Introduction: DIY 3D Printed LED Sign Board

About: The Green Energy Harvester, loves to make things related to Arduino, Solar Energy, and Crafts from used stuff.

Recently, I have upgraded my studio set up with a new workbench and tools. I was badly missing some colorful lights. Initially, I thought to buy some readymade light with the controller from the market. But as you know I am a big fan of DIY projects and when I have the option to make a DIY or Buy, then most of the time I prefer DIY. I have finalized to make a LED Signboard with a text display of “I Love DIY" that will motivate me to make more DIY projects instead of buying readymade products from the market. In this process, I will continue my learning process and upgrade my skill.

My goal was to make the LED sign in such a way that I can change the color and option to play with different effects by using addressable RGB LEDs. After some Google search, I found a nice 3D printed design which was my inspiration to make this project. I have struggled a lot during the building process due to a lack of proper documentation. So I have documented everything during my building and will share it here.

In this Instructable, I will show you how to make a customized 3D printed LED sign board by using WS2812b addressable RGB LEDs. I will also guide you to configure WLED with your PC and Smartphone. Here, I have used an ES32 module to control the sign board. But you can use ESP8266 instead of ESP32 board.

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Parts Used:

1.WS2812B RGB Led (Amazon )

2.ESP32 (Amazon )

3.30AWG Wires (Amazon )

4. DC adapter 5V (Amazon )

5. Heatshrink Tubing (Amazon )

6. DC Jack -Female (Amazon )

7. Black Filament (Amazon )

8. White Filament (Amazon )

Tools Used:

1.3D Printer (Amazon / Amazon )

2. Soldering Iron (Amazon )

3. Wire Stripper (Amazon )

4. Nipper (Amazon )

5. Hot Air Blower (Amazon )

Step 1: 3D Printing of Alphabets

The first step is to download the STL files from the printables. These awesome designs are made by Satellietje.

Then 3D print the alphabet and shapes by using dark color filament ( black or grey ). I have used eSun black PLA filament to print the parts.

The settings that I have used are as given below:

Print Speed: 60 mm/s

Layer height: 0.2mm ( 0.3 also works well)

Fill Density: 25%

Extruder Temperature: 210 deg C

Bed Temp: 65 deg C

For your convenience, I have attached the STL files that I have used to make this LED sign.

Step 2: Remove the Support Structure

After printing the alphabet and shape, you have to remove the support structure. The support structure is present at the slots for mounting LEDs.I have used a screwdriver to remove the excess materials from the 3D printed parts.

Step 3: Prepare the WS2812B LEDs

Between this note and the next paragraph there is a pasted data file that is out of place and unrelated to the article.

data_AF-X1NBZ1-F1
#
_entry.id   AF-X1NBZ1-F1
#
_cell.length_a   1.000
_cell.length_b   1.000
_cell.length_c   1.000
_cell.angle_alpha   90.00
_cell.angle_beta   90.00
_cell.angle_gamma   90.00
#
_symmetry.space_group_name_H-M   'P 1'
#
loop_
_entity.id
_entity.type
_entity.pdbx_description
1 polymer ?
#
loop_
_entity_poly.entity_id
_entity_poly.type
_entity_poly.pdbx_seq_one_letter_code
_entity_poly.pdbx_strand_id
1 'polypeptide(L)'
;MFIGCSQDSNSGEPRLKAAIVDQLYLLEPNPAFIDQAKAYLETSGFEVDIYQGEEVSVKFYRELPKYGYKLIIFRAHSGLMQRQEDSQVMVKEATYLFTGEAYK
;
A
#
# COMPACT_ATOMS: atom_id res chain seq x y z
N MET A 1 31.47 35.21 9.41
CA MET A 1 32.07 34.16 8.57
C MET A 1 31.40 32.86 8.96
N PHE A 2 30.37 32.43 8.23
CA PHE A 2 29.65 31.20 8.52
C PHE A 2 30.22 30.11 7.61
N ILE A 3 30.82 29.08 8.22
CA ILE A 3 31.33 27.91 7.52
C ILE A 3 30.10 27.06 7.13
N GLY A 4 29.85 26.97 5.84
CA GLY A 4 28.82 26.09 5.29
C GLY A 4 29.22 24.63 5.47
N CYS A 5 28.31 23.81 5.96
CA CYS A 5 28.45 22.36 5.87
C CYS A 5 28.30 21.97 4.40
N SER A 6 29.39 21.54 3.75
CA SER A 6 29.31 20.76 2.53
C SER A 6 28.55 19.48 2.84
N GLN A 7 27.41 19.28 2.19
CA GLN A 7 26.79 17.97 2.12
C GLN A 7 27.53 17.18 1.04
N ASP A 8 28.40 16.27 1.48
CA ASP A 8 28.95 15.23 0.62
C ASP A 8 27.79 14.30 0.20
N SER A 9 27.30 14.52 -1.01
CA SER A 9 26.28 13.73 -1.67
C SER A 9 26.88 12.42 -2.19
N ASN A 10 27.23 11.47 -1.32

I have purchased 3 modules of WS2812b LEDs, each module contains 10 addressable LEDs. They are very small, the typical size is 10 x 3 mm. You can daisy chain multiple of these LEDs together and control each LED individually.

First, we have to separate the individual LEDs from the PCB. You can easily break them by applying little pressure at the joining points.

These LED features a cascading port transmission mechanism that needs only a single line. This means that multiple WS2812B can be cascaded and individually controlled by a single connection for data transmission. Therefore, cascading many WS2812B modules requires only wiring for VCC, GND, and the data transmission.

The LED pixel has only three input pins ( 5V, Data, GND ). The arrow mark on the PCB indicates the direction of the current flow.

Step 4: Install the LEDs

Each alphabet has a few numbers of slots for mounting the LED PCB. First, you have to align the LED to match the square holes in the 3D printed parts. Then secure it by applying little pressure with your finger.

The total number of LEDs required for the entire project is 22. The part-wise details are below:

  1. Letter " I " - 2 x2 = 4
  2. Shape " Heart " - 9
  3. Letter " D " - 5
  4. Letter " Y " - 4

Step 5: Prepare the Connecting Wires

After installing the LEDs into the 3D printed parts, we have to connect the LEDs electrically by using wires. I have used 24 AWG wires, but I will recommend using 30 AWG wires for easier installation of the back cover.

Measure the distance between the consecutive LEDs, and cut the wire accordingly. Then strip out the insulation by using a wire stripper.

For easier soldering, you may tin the bare conductor by using a small amount of solder.

Step 6: Connect the LEDs

The LED has 3 terminals ( 5V, Data, GND), one is for input and the other one is for output. I have used 3 different wire colors to easily identify the pins. Red is used for 5V, black is used for GND, and blue is used for data connection.

We have to connect the output of the first LED to the input of the next LED. You may also follow the arrow mark on the LED PCB. Before soldering the wires, tin the solder pads. Now place the tip of the soldering iron, and place the wire over the soldering pad. The solder will flow all around and it will make a perfect joint.

Step 7: Join the 3D Printed Parts